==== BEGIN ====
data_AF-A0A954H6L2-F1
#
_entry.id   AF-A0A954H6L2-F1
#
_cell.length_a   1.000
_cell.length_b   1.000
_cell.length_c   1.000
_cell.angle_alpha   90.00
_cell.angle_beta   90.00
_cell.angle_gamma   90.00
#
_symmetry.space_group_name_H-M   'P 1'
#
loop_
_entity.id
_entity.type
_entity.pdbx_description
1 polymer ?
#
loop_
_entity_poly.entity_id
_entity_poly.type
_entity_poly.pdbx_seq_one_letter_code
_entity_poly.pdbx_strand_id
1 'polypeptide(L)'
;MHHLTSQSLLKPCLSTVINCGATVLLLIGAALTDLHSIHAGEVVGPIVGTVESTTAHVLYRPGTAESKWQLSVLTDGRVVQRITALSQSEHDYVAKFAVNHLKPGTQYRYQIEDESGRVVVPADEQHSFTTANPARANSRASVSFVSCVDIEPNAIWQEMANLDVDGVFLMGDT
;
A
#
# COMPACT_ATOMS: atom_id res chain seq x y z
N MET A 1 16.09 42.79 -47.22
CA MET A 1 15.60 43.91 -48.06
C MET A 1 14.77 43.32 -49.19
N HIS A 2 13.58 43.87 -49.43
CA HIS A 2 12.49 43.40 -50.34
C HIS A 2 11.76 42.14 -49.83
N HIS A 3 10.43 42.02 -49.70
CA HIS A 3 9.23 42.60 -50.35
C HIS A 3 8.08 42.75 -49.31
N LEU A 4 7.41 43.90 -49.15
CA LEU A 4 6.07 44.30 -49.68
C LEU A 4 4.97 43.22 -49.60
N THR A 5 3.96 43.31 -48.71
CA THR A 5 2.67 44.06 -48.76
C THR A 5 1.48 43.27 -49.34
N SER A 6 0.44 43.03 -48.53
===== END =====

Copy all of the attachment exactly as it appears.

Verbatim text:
data_AF-A0A954H6L2-F1
#
_entry.id   AF-A0A954H6L2-F1
#
_cell.length_a   1.000
_cell.length_b   1.000
_cell.length_c   1.000
_cell.angle_alpha   90.00
_cell.angle_beta   90.00
_cell.angle_gamma   90.00
#
_symmetry.space_group_name_H-M   'P 1'
#
loop_
_entity.id
_entity.type
_entity.pdbx_description
1 polymer ?
#
loop_
_entity_poly.entity_id
_entity_poly.type
_entity_poly.pdbx_seq_one_letter_code
_entity_poly.pdbx_strand_id
1 'polypeptide(L)'
;MHHLTSQSLLKPCLSTVINCGATVLLLIGAALTDLHSIHAGEVVGPIVGTVESTTAHVLYRPGTAESKWQLSVLTDGRVVQRITALSQSEHDYVAKFAVNHLKPGTQYRYQIEDESGRVVVPADEQHSFTTANPARANSRASVSFVSCVDIEPNAIWQEMANLDVDGVFLMGDT
;
A
#
# COMPACT_ATOMS: atom_id res chain seq x y z
N MET A 1 16.09 42.79 -47.22
CA MET A 1 15.60 43.91 -48.06
C MET A 1 14.77 43.32 -49.19
N HIS A 2 13.58 43.87 -49.43
CA HIS A 2 12.49 43.40 -50.34
C HIS A 2 11.76 42.14 -49.83
N HIS A 3 10.43 42.02 -49.70
CA HIS A 3 9.23 42.60 -50.35
C HIS A 3 8.08 42.75 -49.31
N LEU A 4 7.41 43.90 -49.15
CA LEU A 4 6.07 44.30 -49.68
C LEU A 4 4.97 43.22 -49.60
N THR A 5 3.96 43.31 -48.71
CA THR A 5 2.67 44.06 -48.76
C THR A 5 1.48 43.27 -49.34
N SER A 6 0.44 43.03 -48.53